Swansea: Arrogant Laudrup Grew Lazy Living Off Past Glories, He Had To Go
Cyfiawnhad (Welsh. tr. ‘vindication by faith’)
Let us attempt some regression therapy. Close your eyes and take yourself back to a childhood summer holiday. There you are, on a beach, admiring the excellent sandcastle you’ve taken ages to construct from scratch. Then a posh kid comes along and develops it further, creating exquisite ramparts, an elaborate bailey and complex moat systems that it becomes a vibrant Alhambra Palace. He then loses interest and kicks half of it over. Shocked, you’d be forgiven for not having anything further to do with the spoilt b******.
There are better off-the-shelf visuals which are analogous to current events; but for a Swansea fan, Chairman Huw Jenkins is you; clutching your black & white spade and watching your grand design and dreams collapse in the oncoming tides of relegation, because a self-centred brat ruined it.
Laudrup has in many eyes been shuffling on the Green Mile since last summer. Away on holiday; dining off a fabulously successful season for the Swans, stuffed to the gills with a fat contract and feeling somewhat insuperable that this provincial Welsh club feted him as a messianic figure who would have all his demands delivered to his feet by fawning celtic lackeys. However, like the old Ferrero Rocher Ambassador’s reception; the sweetmeats on offer would eventually make him fat, and his palace, like that of the sandcastle would be revealed to be built on collapsing foundations.
For militant ideologues; the thought of Laudrup cravenly using his agent Bayram Tumultu to destabilise the prudent steerage of the club to get his way, and the appalling slur on Jenkins’ integrity through Twitter was a crass betrayal of loyalty. The club had in many ways rescued Laudrup’s diminishing managerial stock as a one-season pony, a disinterested venture capitalist with a low attention span and seemingly carefree attitude in the face of crisis.
Laudrup did nothing to disassociate himself from Tumultu’s contemptible behaviour, and as such should have been sacked for breach of contract. Instead Jenkins blinked first; splashing out £12m and £5m respectively on Wilfried Bony and Jonjo Shelvey. Sums, that for many fans who carried begging buckets through the city centre or helped spruce up the North Bank with their own paint, were eye-watering. It somehow felt like protection racketeering, where the spoilt b****** returned to threaten complete demolition of that sandcastle unless you bought him an orange mivvy.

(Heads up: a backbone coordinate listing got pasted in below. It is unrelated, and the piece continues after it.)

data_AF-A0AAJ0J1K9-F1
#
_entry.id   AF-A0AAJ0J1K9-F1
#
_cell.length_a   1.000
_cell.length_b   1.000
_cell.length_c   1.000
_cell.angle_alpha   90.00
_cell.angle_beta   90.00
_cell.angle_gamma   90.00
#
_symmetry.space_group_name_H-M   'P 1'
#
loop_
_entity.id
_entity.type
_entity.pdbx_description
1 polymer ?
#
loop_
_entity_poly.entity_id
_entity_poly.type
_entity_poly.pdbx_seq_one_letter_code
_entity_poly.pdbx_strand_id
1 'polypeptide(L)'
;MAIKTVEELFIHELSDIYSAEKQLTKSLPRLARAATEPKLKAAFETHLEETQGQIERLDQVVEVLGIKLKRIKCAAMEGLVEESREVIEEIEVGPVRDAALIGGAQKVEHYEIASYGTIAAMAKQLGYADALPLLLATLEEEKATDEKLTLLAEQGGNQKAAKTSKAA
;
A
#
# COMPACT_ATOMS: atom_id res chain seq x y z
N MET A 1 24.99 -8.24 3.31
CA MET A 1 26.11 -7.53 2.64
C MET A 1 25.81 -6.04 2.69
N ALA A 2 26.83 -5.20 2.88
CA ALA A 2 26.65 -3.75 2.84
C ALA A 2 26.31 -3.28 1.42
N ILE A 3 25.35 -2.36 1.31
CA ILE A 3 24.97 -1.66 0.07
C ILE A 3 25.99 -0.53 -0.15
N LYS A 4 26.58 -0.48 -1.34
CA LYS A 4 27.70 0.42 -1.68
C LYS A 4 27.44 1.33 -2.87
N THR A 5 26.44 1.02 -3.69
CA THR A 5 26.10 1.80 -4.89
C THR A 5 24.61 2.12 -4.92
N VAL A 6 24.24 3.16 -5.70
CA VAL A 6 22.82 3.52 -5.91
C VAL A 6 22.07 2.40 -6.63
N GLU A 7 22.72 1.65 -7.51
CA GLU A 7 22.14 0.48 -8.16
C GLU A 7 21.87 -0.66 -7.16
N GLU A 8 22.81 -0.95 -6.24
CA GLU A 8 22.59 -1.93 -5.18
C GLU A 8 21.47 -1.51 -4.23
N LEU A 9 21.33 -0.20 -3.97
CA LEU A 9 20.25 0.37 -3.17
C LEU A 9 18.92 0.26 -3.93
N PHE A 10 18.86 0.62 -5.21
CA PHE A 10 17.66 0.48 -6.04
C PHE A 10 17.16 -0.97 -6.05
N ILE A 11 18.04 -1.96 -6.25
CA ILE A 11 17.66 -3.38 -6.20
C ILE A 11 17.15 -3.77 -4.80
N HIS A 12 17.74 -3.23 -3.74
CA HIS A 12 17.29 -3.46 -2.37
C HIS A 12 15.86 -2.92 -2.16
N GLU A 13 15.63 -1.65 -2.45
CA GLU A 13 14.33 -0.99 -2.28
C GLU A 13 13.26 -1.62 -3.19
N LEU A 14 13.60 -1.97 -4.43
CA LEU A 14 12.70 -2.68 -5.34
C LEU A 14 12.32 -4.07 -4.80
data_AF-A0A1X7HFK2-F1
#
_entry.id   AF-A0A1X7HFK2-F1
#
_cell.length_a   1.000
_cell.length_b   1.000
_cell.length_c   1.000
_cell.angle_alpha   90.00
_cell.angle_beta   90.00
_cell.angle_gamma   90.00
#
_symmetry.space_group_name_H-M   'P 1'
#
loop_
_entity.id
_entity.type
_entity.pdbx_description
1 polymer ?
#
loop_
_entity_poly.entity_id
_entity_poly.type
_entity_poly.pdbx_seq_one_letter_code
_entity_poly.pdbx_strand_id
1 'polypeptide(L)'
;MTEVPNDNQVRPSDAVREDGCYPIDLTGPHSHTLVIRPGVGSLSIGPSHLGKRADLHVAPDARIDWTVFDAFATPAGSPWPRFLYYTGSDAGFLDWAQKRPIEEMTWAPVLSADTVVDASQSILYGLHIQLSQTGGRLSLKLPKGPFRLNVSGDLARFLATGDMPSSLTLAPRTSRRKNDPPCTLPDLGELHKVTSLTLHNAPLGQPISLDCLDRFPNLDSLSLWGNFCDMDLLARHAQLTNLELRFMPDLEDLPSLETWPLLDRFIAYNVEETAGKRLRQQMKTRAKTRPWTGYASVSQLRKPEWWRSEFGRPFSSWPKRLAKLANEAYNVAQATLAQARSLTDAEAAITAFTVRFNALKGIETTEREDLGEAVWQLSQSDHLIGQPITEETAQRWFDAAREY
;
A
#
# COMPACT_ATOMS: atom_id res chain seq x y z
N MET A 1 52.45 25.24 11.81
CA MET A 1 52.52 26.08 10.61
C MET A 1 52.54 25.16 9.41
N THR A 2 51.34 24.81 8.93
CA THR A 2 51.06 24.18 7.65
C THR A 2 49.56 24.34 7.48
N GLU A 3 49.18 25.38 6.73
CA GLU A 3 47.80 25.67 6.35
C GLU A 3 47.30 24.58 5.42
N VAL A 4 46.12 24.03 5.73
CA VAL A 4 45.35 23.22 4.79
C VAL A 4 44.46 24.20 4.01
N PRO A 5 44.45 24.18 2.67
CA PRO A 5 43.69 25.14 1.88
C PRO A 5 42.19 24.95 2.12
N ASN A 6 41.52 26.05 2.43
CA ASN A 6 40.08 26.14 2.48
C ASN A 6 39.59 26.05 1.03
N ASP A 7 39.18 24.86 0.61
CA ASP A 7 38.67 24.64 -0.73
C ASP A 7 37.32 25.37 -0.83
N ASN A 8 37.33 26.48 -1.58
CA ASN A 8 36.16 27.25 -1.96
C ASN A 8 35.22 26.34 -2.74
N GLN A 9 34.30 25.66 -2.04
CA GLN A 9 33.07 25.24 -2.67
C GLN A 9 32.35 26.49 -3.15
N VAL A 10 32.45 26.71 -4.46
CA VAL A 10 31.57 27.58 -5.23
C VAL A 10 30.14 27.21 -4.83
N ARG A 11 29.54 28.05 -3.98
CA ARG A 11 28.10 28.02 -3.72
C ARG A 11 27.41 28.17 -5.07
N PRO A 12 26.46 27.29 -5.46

Consequently, Laudrup’s laissez-faire mind-set turned into a pernicious and soporific poison haunting the very structures of a game that rotated the turnip heads of punditry. Performances became progressively worse, evolving from the puzzling to the inept. The Liberty Stadium turned from a cascading volcano of decibel to a collective creaking ambience of sucking in through teeth like a car mechanic viewing your cracked exhaust pipe. Suddenly there was a sense that the horsemen of ambition, passion and ruthlessness -so evident during our Carling Cup run- had instead put on their onesies and novelty slippers, and parked their ever-fattening a***s on a couch named stupor.
Following the terrible West Ham performance, something had to be done. Jenkins and Leigh Dineen played a smart game here. The underwhelming activity in the transfer window and the imposition of Garry Monk onto the coaching team were inspired chess moves that would’ve exposed Laudrup’s vainglorious weaknesses and made his position as untenable as a Somerset potato farmer.
While fans bemoan the loss of Laudrup; bestowing him with that ‘true Jack’ emblem (which on reflection is now about as worthy as a Jim’ll Fix It badge); I make no apologies for any analysis of Laudrup as an egocentric, bread-head. It was always about Laudrup. It was always about the marketing of Laudrup. It was always about maximising his earnings potential. It’s not surprising then that he was one of the founders of the Danish conservative think-tank CEPOS, which aims to exploit the public sector and impose free-market reforms. One should not expect altruism or passion from a driven elitist multimillionaire. We should not mourn his passing.
But where does that leave Swansea? We now have people worthy of that ‘true Jack’ emblem (albeit) temporarily at the helm in time for the derby. Where Laudrup would’ve daubed the faces of his little Spanish pets with a damp nosegay before sending them out to face an aroused Cardiff, now we’ll be coming at them like those burning bulls in ’13 Assassins’. The players already have the tools; all they want now is an olfactory infusion of that perfume labelled ‘Passion’. Hopefully Garry Monk will be spraying it liberally around the dressing room to mask the stale odours of that hypnotic Laudrup nerve gas. Thank you, Huw. Now you can rebuild that castle.
Raise the pressure.